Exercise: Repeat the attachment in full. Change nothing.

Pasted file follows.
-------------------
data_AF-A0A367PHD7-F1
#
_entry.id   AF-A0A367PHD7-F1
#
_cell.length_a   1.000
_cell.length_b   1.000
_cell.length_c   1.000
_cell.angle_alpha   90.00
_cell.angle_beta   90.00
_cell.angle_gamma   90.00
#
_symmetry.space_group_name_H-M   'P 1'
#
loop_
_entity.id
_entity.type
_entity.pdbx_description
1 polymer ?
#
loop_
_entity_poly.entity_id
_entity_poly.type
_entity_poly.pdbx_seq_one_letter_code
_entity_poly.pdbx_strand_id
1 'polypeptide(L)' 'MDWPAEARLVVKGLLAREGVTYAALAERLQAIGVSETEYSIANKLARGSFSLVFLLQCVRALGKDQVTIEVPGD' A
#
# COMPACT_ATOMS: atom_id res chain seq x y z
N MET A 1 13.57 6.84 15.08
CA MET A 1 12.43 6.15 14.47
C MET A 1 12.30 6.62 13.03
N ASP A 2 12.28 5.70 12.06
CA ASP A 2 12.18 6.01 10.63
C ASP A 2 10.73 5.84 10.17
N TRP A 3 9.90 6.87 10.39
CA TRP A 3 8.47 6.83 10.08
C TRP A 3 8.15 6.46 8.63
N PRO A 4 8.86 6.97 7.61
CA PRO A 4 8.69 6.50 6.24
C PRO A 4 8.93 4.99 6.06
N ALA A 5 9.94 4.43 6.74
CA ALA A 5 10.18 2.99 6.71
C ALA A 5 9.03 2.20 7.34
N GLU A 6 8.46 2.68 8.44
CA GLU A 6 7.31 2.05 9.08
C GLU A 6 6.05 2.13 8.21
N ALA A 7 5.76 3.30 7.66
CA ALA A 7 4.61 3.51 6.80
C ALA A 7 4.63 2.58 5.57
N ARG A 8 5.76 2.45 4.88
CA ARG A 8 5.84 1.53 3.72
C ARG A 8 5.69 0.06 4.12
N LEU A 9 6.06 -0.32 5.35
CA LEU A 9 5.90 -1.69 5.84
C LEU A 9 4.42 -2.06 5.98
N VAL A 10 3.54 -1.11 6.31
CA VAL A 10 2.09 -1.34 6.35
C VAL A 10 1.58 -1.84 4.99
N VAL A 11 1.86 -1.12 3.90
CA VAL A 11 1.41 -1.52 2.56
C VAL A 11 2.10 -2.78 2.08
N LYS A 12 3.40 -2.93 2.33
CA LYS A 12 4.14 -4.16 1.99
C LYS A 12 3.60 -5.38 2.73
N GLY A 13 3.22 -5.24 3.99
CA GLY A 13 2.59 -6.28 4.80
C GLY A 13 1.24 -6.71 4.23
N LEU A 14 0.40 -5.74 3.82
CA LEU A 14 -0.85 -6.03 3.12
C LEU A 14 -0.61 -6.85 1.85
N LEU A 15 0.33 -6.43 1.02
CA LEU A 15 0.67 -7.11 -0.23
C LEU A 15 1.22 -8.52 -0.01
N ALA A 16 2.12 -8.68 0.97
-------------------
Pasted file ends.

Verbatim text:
data_AF-A0A367PHD7-F1
#
_entry.id   AF-A0A367PHD7-F1
#
_cell.length_a   1.000
_cell.length_b   1.000
_cell.length_c   1.000
_cell.angle_alpha   90.00
_cell.angle_beta   90.00
_cell.angle_gamma   90.00
#
_symmetry.space_group_name_H-M   'P 1'
#
loop_
_entity.id
_entity.type
_entity.pdbx_description
1 polymer ?
#
loop_
_entity_poly.entity_id
_entity_poly.type
_entity_poly.pdbx_seq_one_letter_code
_entity_poly.pdbx_strand_id
1 'polypeptide(L)' 'MDWPAEARLVVKGLLAREGVTYAALAERLQAIGVSETEYSIANKLARGSFSLVFLLQCVRALGKDQVTIEVPGD' A
#
# COMPACT_ATOMS: atom_id res chain seq x y z
N MET A 1 13.57 6.84 15.08
CA MET A 1 12.43 6.15 14.47
C MET A 1 12.30 6.62 13.03
N ASP A 2 12.28 5.70 12.06
CA ASP A 2 12.18 6.01 10.63
C ASP A 2 10.73 5.84 10.17
N TRP A 3 9.90 6.87 10.39
CA TRP A 3 8.47 6.83 10.08
C TRP A 3 8.15 6.46 8.63
N PRO A 4 8.86 6.97 7.61
CA PRO A 4 8.69 6.50 6.24
C PRO A 4 8.93 4.99 6.06
N ALA A 5 9.94 4.43 6.74
CA ALA A 5 10.18 2.99 6.71
C ALA A 5 9.03 2.20 7.34
N GLU A 6 8.46 2.68 8.44
CA GLU A 6 7.31 2.05 9.08
C GLU A 6 6.05 2.13 8.21
N ALA A 7 5.76 3.30 7.66
CA ALA A 7 4.61 3.51 6.80
C ALA A 7 4.63 2.58 5.57
N ARG A 8 5.76 2.45 4.88
CA ARG A 8 5.84 1.53 3.72
C ARG A 8 5.69 0.06 4.12
N LEU A 9 6.06 -0.32 5.35
CA LEU A 9 5.90 -1.69 5.84
C LEU A 9 4.42 -2.06 5.98
N VAL A 10 3.54 -1.11 6.31
CA VAL A 10 2.09 -1.34 6.35
C VAL A 10 1.58 -1.84 4.99
N VAL A 11 1.86 -1.12 3.90
CA VAL A 11 1.41 -1.52 2.56
C VAL A 11 2.10 -2.78 2.08
N LYS A 12 3.40 -2.93 2.33
CA LYS A 12 4.14 -4.16 1.99
C LYS A 12 3.60 -5.38 2.73
N GLY A 13 3.22 -5.24 3.99
CA GLY A 13 2.59 -6.28 4.80
C GLY A 13 1.24 -6.71 4.23
N LEU A 14 0.40 -5.74 3.82
CA LEU A 14 -0.85 -6.03 3.12
C LEU A 14 -0.61 -6.85 1.85
N LEU A 15 0.33 -6.43 1.02
CA LEU A 15 0.67 -7.11 -0.23
C LEU A 15 1.22 -8.52 -0.01
N ALA A 16 2.12 -8.68 0.97